Dental Care: The total of dental diagnostic, preventive, and restorative services provided to meet the needs of a patient (from Illustrated Dictionary of Dentistry, 1982).Education, Dental: Use for articles concerning dental education in general.Schools, Dental: Educational institutions for individuals specializing in the field of dentistry.Students, Dental: Individuals enrolled a school of dentistry or a formal educational program in leading to a degree in dentistry.Dental Caries: Localized destruction of the tooth surface initiated by decalcification of the enamel followed by enzymatic lysis of organic structures and leading to cavity formation. If left unchecked, the cavity may penetrate the enamel and dentin and reach the pulp.Dental Care for Chronically Ill: Dental care for patients with chronic diseases. These diseases include chronic cardiovascular, endocrinologic, hematologic, immunologic, neoplastic, and renal diseases. The concept does not include dental care for the mentally or physically disabled which is DENTAL CARE FOR DISABLED.Health Education: Education that increases the awareness and favorably influences the attitudes and knowledge relating to the improvement of health on a personal or community basis.Dental Clinics: Facilities where dental care is provided to patients.Dental Care for Children: The giving of attention to the special dental needs of children, including the prevention of tooth diseases and instruction in dental hygiene and dental health. The dental care may include the services provided by dental specialists.Faculty, Dental: The teaching staff and members of the administrative staff having academic rank in a dental school.Dental Hygienists: Persons trained in an accredited school or dental college and licensed by the state in which they reside to provide dental prophylaxis under the direction of a licensed dentist.Dental Pulp: A richly vascularized and innervated connective tissue of mesodermal origin, contained in the central cavity of a tooth and delimited by the dentin, and having formative, nutritive, sensory, and protective functions. (Jablonski, Dictionary of Dentistry, 1992)Dental Care for Disabled: Dental care for the emotionally, mentally, or physically disabled patient. It does not include dental care for the chronically ill ( = DENTAL CARE FOR CHRONICALLY ILL).Patient Education as Topic: The teaching or training of patients concerning their own health needs.Education, Medical, Continuing: Educational programs designed to inform physicians of recent advances in their field.Education, Dental, Continuing: Educational programs designed to inform dentists of recent advances in their fields.Dental Research: The study of laws, theories, and hypotheses through a systematic examination of pertinent facts and their interpretation in the field of dentistry. (From Jablonski, Illustrated Dictionary of Dentistry, 1982, p674)Dental Anxiety: Abnormal fear or dread of visiting the dentist for preventive care or therapy and unwarranted anxiety over dental procedures.Dental Health Services: Services designed to promote, maintain, or restore dental health.Education, Medical: Use for general articles concerning medical education.Insurance, Dental: Insurance providing coverage for dental care.Dental Auxiliaries: Personnel whose work is prescribed and supervised by the dentist.Education: Acquisition of knowledge as a result of instruction in a formal course of study.Dental Care for Aged: The giving of attention to the special dental needs of the elderly for proper maintenance or treatment. The dental care may include the services provided by dental specialists.Dental Arch: The curve formed by the row of TEETH in their normal position in the JAW. The inferior dental arch is formed by the mandibular teeth, and the superior dental arch by the maxillary teeth.Dental Plaque: A film that attaches to teeth, often causing DENTAL CARIES and GINGIVITIS. It is composed of MUCINS, secreted from salivary glands, and microorganisms.Dental Records: Data collected during dental examination for the purpose of study, diagnosis, or treatment planning.Education, Dental, Graduate: Educational programs for dental graduates entering a specialty. They include formal specialty training as well as academic work in the clinical and basic dental sciences, and may lead to board certification or an advanced dental degree.Education, Continuing: Educational programs designed to inform individuals of recent advances in their particular field of interest. They do not lead to any formal advanced standing.General Practice, Dental: Nonspecialized dental practice which is concerned with providing primary and continuing dental care.Dental Offices: The room or rooms in which the dentist and dental staff provide care. Offices include all rooms in the dentist's office suite.Dental Staff: Personnel who provide dental service to patients in an organized facility, institution or agency.Education, Nursing: Use for general articles concerning nursing education.Dental Equipment: The nonexpendable items used by the dentist or dental staff in the performance of professional duties. (From Boucher's Clinical Dental Terminology, 4th ed, p106)Dental Assistants: Individuals who assist the dentist or the dental hygienist.Dental Amalgam: An alloy used in restorative dentistry that contains mercury, silver, tin, copper, and possibly zinc.Educational Status: Educational attainment or level of education of individuals.Curriculum: A course of study offered by an educational institution.Anesthesia, Dental: A range of methods used to reduce pain and anxiety during dental procedures.Societies, Dental: Societies whose membership is limited to dentists.Ethics, Dental: The principles of proper professional conduct concerning the rights and duties of the dentist, relations with patients and fellow practitioners, as well as actions of the dentist in patient care and interpersonal relations with patient families. (From Stedman, 25th ed)Dentists: Individuals licensed to practice DENTISTRY.Dental Implants: Biocompatible materials placed into (endosseous) or onto (subperiosteal) the jawbone to support a crown, bridge, or artificial tooth, or to stabilize a diseased tooth.Technology, Dental: The field of dentistry involved in procedures for designing and constructing dental appliances. It includes also the application of any technology to the field of dentistry.Education, Distance: Education via communication media (correspondence, radio, television, computer networks) with little or no in-person face-to-face contact between students and teachers. (ERIC Thesaurus, 1997)Radiography, Dental: Radiographic techniques used in dentistry.Licensure, Dental: The granting of a license to practice dentistry.Dental Service, Hospital: Hospital department providing dental care.Dental Models: Presentation devices used for patient education and technique training in dentistry.Laboratories, Dental: Facilities for the performance of services related to dental treatment but not done directly in the patient's mouth.Specialties, Dental: Various branches of dental practice limited to specialized areas.Dental Health Surveys: A systematic collection of factual data pertaining to dental or oral health and disease in a human population within a given geographic area.Education, Medical, Graduate: Educational programs for medical graduates entering a specialty. They include formal specialty training as well as academic work in the clinical and basic medical sciences, and may lead to board certification or an advanced medical degree.Health Education, Dental: Education which increases the awareness and favorably influences the attitudes and knowledge relating to the improvement of dental health on a personal or community basis.Fluorosis, Dental: A chronic endemic form of hypoplasia of the dental enamel caused by drinking water with a high fluorine content during the time of tooth formation, and characterized by defective calcification that gives a white chalky appearance to the enamel, which gradually undergoes brown discoloration. (Jablonski's Dictionary of Dentistry, 1992, p286)Fees, Dental: Amounts charged to the patient as payer for dental services.Dental Materials: Materials used in the production of dental bases, restorations, impressions, prostheses, etc.Education, Medical, Undergraduate: The period of medical education in a medical school. In the United States it follows the baccalaureate degree and precedes the granting of the M.D.Dental Technicians: Individuals responsible for fabrication of dental appliances.Practice Management, Dental: The organization and operation of the business aspects of a dental practice.Dentistry: The profession concerned with the teeth, oral cavity, and associated structures, and the diagnosis and treatment of their diseases including prevention and the restoration of defective and missing tissue.Teaching: The educational process of instructing.Questionnaires: Predetermined sets of questions used to collect data - clinical data, social status, occupational group, etc. The term is often applied to a self-completed survey instrument.Sex Education: Education which increases the knowledge of the functional, structural, and behavioral aspects of human reproduction.Education, Professional: Formal education and training in preparation for the practice of a profession.Competency-Based Education: Educational programs designed to ensure that students attain prespecified levels of competence in a given field or training activity. Emphasis is on achievement or specified objectives.Dental Sac: Dense fibrous layer formed from mesodermal tissue that surrounds the epithelial enamel organ. The cells eventually migrate to the external surface of the newly formed root dentin and give rise to the cementoblasts that deposit cementum on the developing root, fibroblasts of the developing periodontal ligament, and osteoblasts of the developing alveolar bone.Models, Educational: Theoretical models which propose methods of learning or teaching as a basis or adjunct to changes in attitude or behavior. These educational interventions are usually applied in the fields of health and patient education but are not restricted to patient care.United StatesDentist-Patient Relations: The psychological relations between the dentist and patient.Comprehensive Dental Care: Providing for the full range of dental health services for diagnosis, treatment, follow-up, and rehabilitation of patients.Education, Special: Education of the individual who markedly deviates intellectually, physically, socially, or emotionally from those considered to be normal, thus requiring special instruction.Health Knowledge, Attitudes, Practice: Knowledge, attitudes, and associated behaviors which pertain to health-related topics such as PATHOLOGIC PROCESSES or diseases, their prevention, and treatment. This term refers to non-health workers and health workers (HEALTH PERSONNEL).Esthetics, Dental: Skills, techniques, standards, and principles used to improve the art and symmetry of the teeth and face to improve the appearance as well as the function of the teeth, mouth, and face. (From Boucher's Clinical Dental Terminology, 4th ed, p108)Education, Nursing, Continuing: Educational programs designed to inform nurses of recent advances in their fields.Oral Health: The optimal state of the mouth and normal functioning of the organs of the mouth without evidence of disease.Education, Graduate: Studies beyond the bachelor's degree at an institution having graduate programs for the purpose of preparing for entrance into a specific field, and obtaining a higher degree.Clinical Competence: The capability to perform acceptably those duties directly related to patient care.Community Dentistry: The practice of dentistry concerned with preventive as well as diagnostic and treatment programs in a circumscribed population.Tooth: One of a set of bone-like structures in the mouth used for biting and chewing.Infection Control, Dental: Efforts to prevent and control the spread of infections within dental health facilities or those involving provision of dental care.Dental Implantation: The grafting or inserting of a prosthetic device of alloplastic material into the oral tissue beneath the mucosal or periosteal layer or within the bone. Its purpose is to provide support and retention to a partial or complete denture.Tooth DiseasesDental Papilla: Mesodermal tissue enclosed in the invaginated portion of the epithelial enamel organ and giving rise to the dentin and pulp.Dental Prosthesis: An artificial replacement for one or more natural teeth or part of a tooth, or associated structures, ranging from a portion of a tooth to a complete denture. The dental prosthesis is used for cosmetic or functional reasons, or both. DENTURES and specific types of dentures are also available. (From Boucher's Clinical Dental Terminology, 4th ed, p244 & Jablonski, Dictionary of Dentistry, 1992, p643)Dental Audit: A detailed review and evaluation of selected clinical records by qualified professional personnel for evaluating quality of dental care.Oral Hygiene: The practice of personal hygiene of the mouth. It includes the maintenance of oral cleanliness, tissue tone, and general preservation of oral health.Dentistry, Operative: That phase of clinical dentistry concerned with the restoration of parts of existing teeth that are defective through disease, trauma, or abnormal development, to the state of normal function, health, and esthetics, including preventive, diagnostic, biological, mechanical, and therapeutic techniques, as well as material and instrument science and application. (Jablonski's Dictionary of Dentistry, 2d ed, p237)Economics, Dental: Economic aspects of the dental profession and dental care.DMF Index: "Decayed, missing and filled teeth," a routinely used statistical concept in dentistry.Pediatric Dentistry: The practice of dentistry concerned with the dental problems of children, proper maintenance, and treatment. The dental care may include the services provided by dental specialists.Dental Instruments: Hand-held tools or implements especially used by dental professionals for the performance of clinical tasks.Dental Waste: Any waste product generated by a dental office, surgery, clinic, or laboratory including amalgams, saliva, and rinse water.Preventive Dentistry: The branch of dentistry concerned with the prevention of disease and the maintenance and promotion of oral health.Dental Caries Susceptibility: The predisposition to tooth decay (DENTAL CARIES).Program Evaluation: Studies designed to assess the efficacy of programs. They may include the evaluation of cost-effectiveness, the extent to which objectives are met, or impact.Education, Pharmacy, Continuing: Educational programs designed to inform graduate pharmacists of recent advances in their particular field.Dental Alloys: A mixture of metallic elements or compounds with other metallic or metalloid elements in varying proportions for use in restorative or prosthetic dentistry.Dental Informatics: The application of computer and information sciences to improve dental practice, research, education and management.Training Support: Financial support for training including both student stipends and loans and training grants to institutions.Computer-Assisted Instruction: A self-learning technique, usually online, involving interaction of the student with programmed instructional materials.American Dental Association: Professional society representing the field of dentistry.Dentist's Practice Patterns: Patterns of practice in dentistry related to diagnosis and treatment.Dental Occlusion: The relationship of all the components of the masticatory system in normal function. It has special reference to the position and contact of the maxillary and mandibular teeth for the highest efficiency during the excursive movements of the jaw that are essential for mastication. (From Jablonski, Dictionary of Dentistry, 1992, p556, p472)Dental Scaling: Removal of dental plaque and dental calculus from the surface of a tooth, from the surface of a tooth apical to the gingival margin accumulated in periodontal pockets, or from the surface coronal to the gingival margin.Attitude of Health Personnel: Attitudes of personnel toward their patients, other professionals, toward the medical care system, etc.Educational Technology: Systematic identification, development, organization, or utilization of educational resources and the management of these processes. It is occasionally used also in a more limited sense to describe the use of equipment-oriented techniques or audiovisual aids in educational settings. (Thesaurus of ERIC Descriptors, December 1993, p132)Dental Devices, Home Care: Devices used in the home by persons to maintain dental and periodontal health. The devices include toothbrushes, dental flosses, water irrigators, gingival stimulators, etc.Education, Pharmacy: Formal instruction, learning, or training in the preparation, dispensing, and proper utilization of drugs in the field of medicine.Stomatognathic Diseases: General or unspecified diseases of the stomatognathic system, comprising the mouth, teeth, jaws, and pharynx.Dental Facilities: Use for material on dental facilities in general or for which there is no specific heading.Tooth Extraction: The surgical removal of a tooth. (Dorland, 28th ed)Evidence-Based Dentistry: An approach or process of practicing oral health care that requires the judicious integration of systematic assessments of clinical relevant scientific evidence, relating to the patient's oral and medical condition and history, with the dentist's clinical expertise and the patient's treatment needs and preferences. (from J Am Dent Assoc 134: 689, 2003)Photography, Dental: Photographic techniques used in ORTHODONTICS; DENTAL ESTHETICS; and patient education.Molar: The most posterior teeth on either side of the jaw, totaling eight in the deciduous dentition (2 on each side, upper and lower), and usually 12 in the permanent dentition (three on each side, upper and lower). They are grinding teeth, having large crowns and broad chewing surfaces. (Jablonski, Dictionary of Dentistry, 1992, p821)Legislation, Dental: Laws and regulations pertaining to the field of dentistry, proposed for enactment or recently enacted by a legislative body.Dental Porcelain: A type of porcelain used in dental restorations, either jacket crowns or inlays, artificial teeth, or metal-ceramic crowns. It is essentially a mixture of particles of feldspar and quartz, the feldspar melting first and providing a glass matrix for the quartz. Dental porcelain is produced by mixing ceramic powder (a mixture of quartz, kaolin, pigments, opacifiers, a suitable flux, and other substances) with distilled water. (From Jablonski's Dictionary of Dentistry, 1992)Radiography, Dental, Digital: A rapid, low-dose, digital imaging system using a small intraoral sensor instead of radiographic film, an intensifying screen, and a charge-coupled device. It presents the possibility of reduced patient exposure and minimal distortion, although resolution and latitude are inferior to standard dental radiography. A receiver is placed in the mouth, routing signals to a computer which images the signals on a screen or in print. It includes digitizing from x-ray film or any other detector. (From MEDLINE abstracts; personal communication from Dr. Charles Berthold, NIDR)Teaching Materials: Instructional materials used in teaching.School Admission Criteria: Requirements for the selection of students for admission to academic institutions.Physical Education and Training: Instructional programs in the care and development of the body, often in schools. The concept does not include prescribed exercises, which is EXERCISE THERAPY.Dental Polishing: Creation of a smooth and glossy surface finish on a denture or amalgam.Toothache: Pain in the adjacent areas of the teeth.Problem-Based Learning: Instructional use of examples or cases to teach using problem-solving skills and critical thinking.Risk Factors: An aspect of personal behavior or lifestyle, environmental exposure, or inborn or inherited characteristic, which, on the basis of epidemiologic evidence, is known to be associated with a health-related condition considered important to prevent.Dental Implantation, Endosseous: Insertion of an implant into the bone of the mandible or maxilla. The implant has an exposed head which protrudes through the mucosa and is a prosthodontic abutment.Prosthodontics: A dental specialty concerned with the restoration and maintenance of oral function by the replacement of missing TEETH and related structures by artificial devices or DENTAL PROSTHESES.Income: Revenues or receipts accruing from business enterprise, labor, or invested capital.Diagnosis, Oral: Examination of the mouth and teeth toward the identification and diagnosis of intraoral disease or manifestation of non-oral conditions.Social Class: A stratum of people with similar position and prestige; includes social stratification. Social class is measured by criteria such as education, occupation, and income.Tooth Abnormalities: Congenital absence of or defects in structures of the teeth.Internship and Residency: Programs of training in medicine and medical specialties offered by hospitals for graduates of medicine to meet the requirements established by accrediting authorities.Incisor: Any of the eight frontal teeth (four maxillary and four mandibular) having a sharp incisal edge for cutting food and a single root, which occurs in man both as a deciduous and a permanent tooth. (Jablonski, Dictionary of Dentistry, 1992, p820)Preceptorship: Practical experience in medical and health-related services that occurs as part of an educational program wherein the professionally-trained student works outside the academic environment under the supervision of an established professional in the particular field.Sex Factors: Maleness or femaleness as a constituent element or influence contributing to the production of a result. It may be applicable to the cause or effect of a circumstance. It is used with human or animal concepts but should be differentiated from SEX CHARACTERISTICS, anatomical or physiological manifestations of sex, and from SEX DISTRIBUTION, the number of males and females in given circumstances.Toothbrushing: The act of cleaning teeth with a brush to remove plaque and prevent tooth decay. (From Webster, 3d ed)Tooth Injuries: Traumatic or other damage to teeth including fractures (TOOTH FRACTURES) or displacements (TOOTH LUXATION).Accreditation: Certification as complying with a standard set by non-governmental organizations, applied for by institutions, programs, and facilities on a voluntary basis.Program Development: The process of formulating, improving, and expanding educational, managerial, or service-oriented work plans (excluding computer program development).Geriatric Dentistry: The branch of dentistry concerned with the dental problems of older people.Prevalence: The total number of cases of a given disease in a specified population at a designated time. It is differentiated from INCIDENCE, which refers to the number of new cases in the population at a given time.Periodontics: A dental specialty concerned with the histology, physiology, and pathology of the tissues that support, attach, and surround the teeth, and of the treatment and prevention of disease affecting these tissues.Dental Enamel Hypoplasia: An acquired or hereditary condition due to deficiency in the formation of tooth enamel (AMELOGENESIS). It is usually characterized by defective, thin, or malformed DENTAL ENAMEL. Risk factors for enamel hypoplasia include gene mutations, nutritional deficiencies, diseases, and environmental factors.Faculty: The teaching staff and members of the administrative staff having academic rank in an educational institution.Schools, Medical: Educational institutions for individuals specializing in the field of medicine.Group Practice, Dental: Any group of three or more full-time dentists, organized in a legally recognized entity for the provision of dental care, sharing space, equipment, personnel and records for both patient care and business management, and who have a predetermined arrangement for the distribution of income.Professional Role: The expected function of a member of a particular profession.Libraries, DentalEducation, Nursing, Graduate: Those educational activities engaged in by holders of a bachelor's degree in nursing, which are primarily designed to prepare them for entrance into a specific field of nursing, and may lead to board certification or a more advanced degree.Nutritional Sciences: The study of NUTRITION PROCESSES as well as the components of food, their actions, interaction, and balance in relation to health and disease.Periodontal Diseases: Pathological processes involving the PERIODONTIUM including the gum (GINGIVA), the alveolar bone (ALVEOLAR PROCESS), the DENTAL CEMENTUM, and the PERIODONTAL LIGAMENT.Dental Pulp Diseases: Endodontic diseases of the DENTAL PULP inside the tooth, which is distinguished from PERIAPICAL DISEASES of the tissue surrounding the root.Dental Plaque Index: An index which scores the degree of dental plaque accumulation.Dental Prosthesis Design: The plan and delineation of dental prostheses in general or a specific dental prosthesis. It does not include DENTURE DESIGN. The framework usually consists of metal.Dental Cavity Preparation: An operation in which carious material is removed from teeth and biomechanically correct forms are established in the teeth to receive and retain restorations. A constant requirement is provision for prevention of failure of the restoration through recurrence of decay or inadequate resistance to applied stresses. (Boucher's Clinical Dental Terminology, 4th ed, p239-40)Dental Calculus: Abnormal concretion or calcified deposit that forms around the teeth or dental prostheses.Logistic Models: Statistical models which describe the relationship between a qualitative dependent variable (that is, one which can take only certain discrete values, such as the presence or absence of a disease) and an independent variable. A common application is in epidemiology for estimating an individual's risk (probability of a disease) as a function of a given risk factor.Dental Pulp CalcificationStudents, Medical: Individuals enrolled in a school of medicine or a formal educational program in medicine.Age Factors: Age as a constituent element or influence contributing to the production of a result. It may be applicable to the cause or the effect of a circumstance. It is used with human or animal concepts but should be differentiated from AGING, a physiological process, and TIME FACTORS which refers only to the passage of time.Tooth, Deciduous: The teeth of the first dentition, which are shed and replaced by the permanent teeth.Schools: Educational institutions.Mouth DiseasesStaff Development: The process by which the employer promotes staff performance and efficiency consistent with management goals and objectives.Data Collection: Systematic gathering of data for a particular purpose from various sources, including questionnaires, interviews, observation, existing records, and electronic devices. The process is usually preliminary to statistical analysis of the data.Dentition: The teeth collectively in the dental arch. Dentition ordinarily refers to the natural teeth in position in their alveoli. Dentition referring to the deciduous teeth is DENTITION, PRIMARY; to the permanent teeth, DENTITION, PERMANENT. (From Jablonski, Dictionary of Dentistry, 1992)Surgery, Oral: A dental specialty concerned with the diagnosis and surgical treatment of disease, injuries, and defects of the human oral and maxillofacial region.Education of Hearing Disabled: The teaching or training of those individuals with hearing disability or impairment.Dental Bonding: An adhesion procedure for orthodontic attachments, such as plastic DENTAL CROWNS. This process usually includes the application of an adhesive material (DENTAL CEMENTS) and letting it harden in-place by light or chemical curing.Attitude: An enduring, learned predisposition to behave in a consistent way toward a given class of objects, or a persistent mental and/or neural state of readiness to react to a certain class of objects, not as they are but as they are conceived to be.Attitude to Health: Public attitudes toward health, disease, and the medical care system.Dental Restoration Failure: Inability or inadequacy of a dental restoration or prosthesis to perform as expected.Endodontics: A dental specialty concerned with the maintenance of the dental pulp in a state of health and the treatment of the pulp cavity (pulp chamber and pulp canal).Vocational Education: Education for specific trades or occupations.Health Promotion: Encouraging consumer behaviors most likely to optimize health potentials (physical and psychosocial) through health information, preventive programs, and access to medical care.Canada: The largest country in North America, comprising 10 provinces and three territories. Its capital is Ottawa.Cultural Diversity: Coexistence of numerous distinct ethnic, racial, religious, or cultural groups within one social unit, organization, or population. (From American Heritage Dictionary, 2d college ed., 1982, p955)Universities: Educational institutions providing facilities for teaching and research and authorized to grant academic degrees.Needs Assessment: Systematic identification of a population's needs or the assessment of individuals to determine the proper level of services needed.Dental Cements: Substances used to bond COMPOSITE RESINS to DENTAL ENAMEL and DENTIN. These bonding or luting agents are used in restorative dentistry, ROOT CANAL THERAPY; PROSTHODONTICS; and ORTHODONTICS.Science: The study of natural phenomena by observation, measurement, and experimentation.Odontogenesis: The process of TOOTH formation. It is divided into several stages including: the dental lamina stage, the bud stage, the cap stage, and the bell stage. Odontogenesis includes the production of tooth enamel (AMELOGENESIS), dentin (DENTINOGENESIS), and dental cementum (CEMENTOGENESIS).Medically Underserved Area: A geographic location which has insufficient health resources (manpower and/or facilities) to meet the medical needs of the resident population.Mandible: The largest and strongest bone of the FACE constituting the lower jaw. It supports the lower teeth.Dental Impression Technique: Procedure of producing an imprint or negative likeness of the teeth and/or edentulous areas. Impressions are made in plastic material which becomes hardened or set while in contact with the tissue. They are later filled with plaster of Paris or artificial stone to produce a facsimile of the oral structures present. Impressions may be made of a full complement of teeth, of areas where some teeth have been removed, or in a mouth from which all teeth have been extracted. (Illustrated Dictionary of Dentistry, 1982)Dental Abutments: Natural teeth or teeth roots used as anchorage for a fixed or removable denture or other prosthesis (such as an implant) serving the same purpose.Students: Individuals enrolled in a school or formal educational program.Rural Population: The inhabitants of rural areas or of small towns classified as rural.Credentialing: The recognition of professional or technical competence through registration, certification, licensure, admission to association membership, the award of a diploma or degree, etc.Health Behavior: Behaviors expressed by individuals to protect, maintain or promote their health status. For example, proper diet, and appropriate exercise are activities perceived to influence health status. Life style is closely associated with health behavior and factors influencing life style are socioeconomic, educational, and cultural.Pit and Fissure Sealants: Agents used to occlude dental enamel pits and fissures in the prevention of dental caries.Orthodontics: A dental specialty concerned with the prevention and correction of dental and oral anomalies (malocclusion).Personnel Selection: The process of choosing employees for specific types of employment. The concept includes recruitment.Health Services Accessibility: The degree to which individuals are inhibited or facilitated in their ability to gain entry to and to receive care and services from the health care system. Factors influencing this ability include geographic, architectural, transportational, and financial considerations, among others.Age Determination by Teeth: A means of identifying the age of an animal or human through tooth examination.Oral Medicine: A branch of dentistry dealing with diseases of the oral and paraoral structures and the oral management of systemic diseases. (Hall, What is Oral Medicine, Anyway? Clinical Update: National Naval Dental Center, March 1991, p7-8)Dental Disinfectants: Chemicals especially for use on instruments to destroy pathogenic organisms. (Boucher, Clinical Dental Terminology, 4th ed)Mouth, Edentulous: Total lack of teeth through disease or extraction.Interviews as Topic: Conversations with an individual or individuals held in order to obtain information about their background and other personal biographical data, their attitudes and opinions, etc. It includes school admission or job interviews.Cariostatic Agents: Substances that inhibit or arrest DENTAL CARIES formation. (Boucher's Clinical Dental Terminology, 4th ed)Manifest Anxiety Scale: True-false questionnaire made up of items believed to indicate anxiety, in which the subject answers verbally the statement that describes him.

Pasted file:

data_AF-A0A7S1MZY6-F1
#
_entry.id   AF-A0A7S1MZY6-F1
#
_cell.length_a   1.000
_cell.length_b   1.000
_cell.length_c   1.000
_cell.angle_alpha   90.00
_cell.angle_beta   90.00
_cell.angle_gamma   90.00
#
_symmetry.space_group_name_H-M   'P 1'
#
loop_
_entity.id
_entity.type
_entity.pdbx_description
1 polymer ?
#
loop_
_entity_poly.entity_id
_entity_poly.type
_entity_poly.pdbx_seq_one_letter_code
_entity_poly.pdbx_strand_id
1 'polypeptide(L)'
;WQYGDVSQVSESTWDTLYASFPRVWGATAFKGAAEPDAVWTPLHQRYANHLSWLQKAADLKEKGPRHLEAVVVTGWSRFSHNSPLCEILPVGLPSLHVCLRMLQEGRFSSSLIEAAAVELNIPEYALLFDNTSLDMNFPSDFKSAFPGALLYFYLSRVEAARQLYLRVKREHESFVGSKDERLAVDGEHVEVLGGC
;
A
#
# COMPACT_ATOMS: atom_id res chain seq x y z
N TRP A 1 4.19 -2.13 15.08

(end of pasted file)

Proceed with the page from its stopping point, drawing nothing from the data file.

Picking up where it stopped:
Dental Procedure Education System: The Dental Procedure Education System (DPES), is a web-based resource containing a collection of procedures from the dental disciplines. The procedures presented in DPES were developed by individual faculty members at the Faculty of Dentistry, University of Toronto, in collaboration with a group of educational media and technology experts.DJ College of Dental Sciences and Research: Divya Jyoti (DJ) College of Dental Sciences and Research is a dental college located in Modinagar in the nagar panchayat of Niwari in Ghaziabad district in the Indian state of Uttar Pradesh. The founder and chairman is Ajit Singh Jassar.Dental Schools Council: The Dental Schools Council represents the interests of UK dental schools as it relates to national health, wealth, knowledge acquisition through teaching, research, and the profession of dentistry.Universities UK http://www.Dental cariesSchool health education: School Health Education see also: Health Promotion is the process of transferring health knowledge during a student's school years (K-12). Its uses are in general classified as Public Health Education and School Health Education.Mallow General Hospital: Mallow General Hospital is a public hospital located in Mallow, County Cork, Ireland.http://www.Utah College of Dental HygienePulp (tooth): The dental pulp is the part in the center of a tooth made up of living connective tissue and cells called odontoblasts. The dental pulp is a part of the dentin–pulp complex (endodontium).Online patient education: Online Patient Education also known as Online Patient Engagement is a method of providing medical information and education to patients using Learning Management Systems delivered through the Internet.Evaluation of bariatric Centers of Excellence Web sites for functionality and efficacy.International Association for Dental Research: The International Association for Dental Research (IADR) is a professional association that focuses on research in the field of dentistry. The aim of this association by constitution is to promote research in all fields of oral and related sciences, to encourage improvements in methods for the prevention and treatment of oral and dental disease, to improve the oral health of the public through research, and to facilitate cooperation among investigators and the communication of research findings and their implications throughout the world.Dental plaque: Dental plaque is a biofilm or mass of bacteria that grows on surfaces within the mouth. It appears as a white or pale yellow "slime layer", that is commonly found between the teeth and along the cervical margins.SOAP note: The SOAP note (an acronym for subjective, objective, assessment, and plan) is a method of documentation employed by health care providers to write out notes in a patient's chart, along with other common formats, such as the admission note. Documenting patient encounters in the medical record is an integral part of practice workflow starting with patient appointment scheduling, to writing out notes, to medical billing.Postgraduate training in general dentistry: ==Australia==MFDS: MFDS is the Ministry of Food and Drug Safety, a government department in South Korea. This is former KFDA, Korean Food and Drug Administration.Glot-Up: A Glot-Up is type of dental equipment, something in between a mouth guard and an adult-sized pacifier.Amalgam (chemistry): An amalgam is a substance formed by the reaction of mercury with another metal. Almost all metals can form amalgams with mercury, the notable exceptions being iron, platinum, tungsten, and tantalum.Syllabus: A syllabus (pl. syllabi) is an outline and summary of topics to be covered in an education or training course.International Federation of Dental Anesthesiology Societies: The International Federation of Dental Anesthesiology Societies (IFDAS) is a professional association established in 1976. IFDAS is devoted solely to promoting the safe and effective use of sedation and anesthesia by educationally qualified dentists for their patients.American Dental Society of Anesthesiology: The American Dental Society of Anesthesiology (ADSA) is an American professional association established in 1953 and based in Chicago.Implant stability quotient: The implant stability quotient (ISQ) is the value on a scale that indicates the level of stability and osseointegration in dental implants. The scale ranges from 1 to 100 and is measured by implant stability meters instruments using resonance frequency analysis (RFA) technique.Atlantic University: Atlantic University is private, distance education institution of higher and continuing education in Virginia Beach, Virginia. It is associated with Edgar Cayce's Association for Research and Enlightenment (A.Dental radiographyUniversity of the East College of Dentistry: The University of the East College of Dentistry was first established as a unit of the Philippine College of Commerce and Business Administration in 1948. The college is one of the pioneers of dental education and labeled as one of the top dental schools in the Philippines.Sydney Dental HospitalCoronation Dental Specialty GroupDental fluorosisNordic Institute of Dental Materials: NorwayDenturist: A Denturist in the United States and Canada, clinical dental technician in the UK or (in Australia) a dental prosthetist, is a member of the oral health care team who provides an oral health examination, takes impressions of the surrounding oral tissues, constructs and delivers removable oral prosthesis (dentures and partial dentures) directly to the patient.American Academy of denturitry.Outline of dentistry and oral health: The following outline is provided as an overview of and topical guide to dentistry and oral health:Closed-ended question: A closed-ended question is a question format that limits respondents with a list of answer choices from which they must choose to answer the question.Dillman D.List of Parliamentary constituencies in Kent: The ceremonial county of Kent,Special education in the United Kingdom: 'Special Educational Needs' is an umbrella term for an aspect of UK school education focusing on students primarily with learning difficulties and/or disability. In school documents, it is abbreviated to 'SEN' / 'SEND' – these abbreviations are also used in Commonwealth countries such as Australia and Singapore.Behavior change (public health): Behavior change is a central objective in public health interventions,WHO 2002: World Health Report 2002 - Reducing Risks, Promoting Healthy Life Accessed Feb 2015 http://www.who.Nihon UniversityHuman tooth: The human teeth function in mechanically breaking down items of food by cutting and crushing them in preparation for swallowing and digestion. There are four different types of teeth, namely incisors, canines, molars and premolars.Carl E. Misch: Carl E. Misch is an American prosthodontist recognized internationally for his clinical and academic contributions to the field of implant dentistry.Cork University Hospital: Cork University Hospital (Irish: Ospidéal Ollscoil Chorcaí), abbreviated as CUH, is the largest university teaching hospital in Ireland and is the only Level 1 trauma center in the country due to the presence of over 40 different medical and surgical specialties on the campus. It is operated by the Health Service Executive.Mexican ironwood carvings: Mexican ironwood carvings is a handcraft that began with the Seri indigenous people of the state of Sonora. The wood comes from Olneya tesota, a Sonora Desert tree commonly called ironwood (palo fierro in Spanish).Endodontic files and reamers: Endodontic files and reamers are surgical instruments used by dentists when performing root canal treatment. These tools are particularly used to clean and shape the root canal, with the concept being to perform complete chemomechanical debridement of the root canal to the length of the apical foramen.Journal of Indian Society of Pedodontics and Preventive DentistryStandard evaluation frameworkTeledentistry: Teledentistry is the use of information technology and telecommunications for dental care, consultation, education, and public awareness (compare telehealth and telemedicine).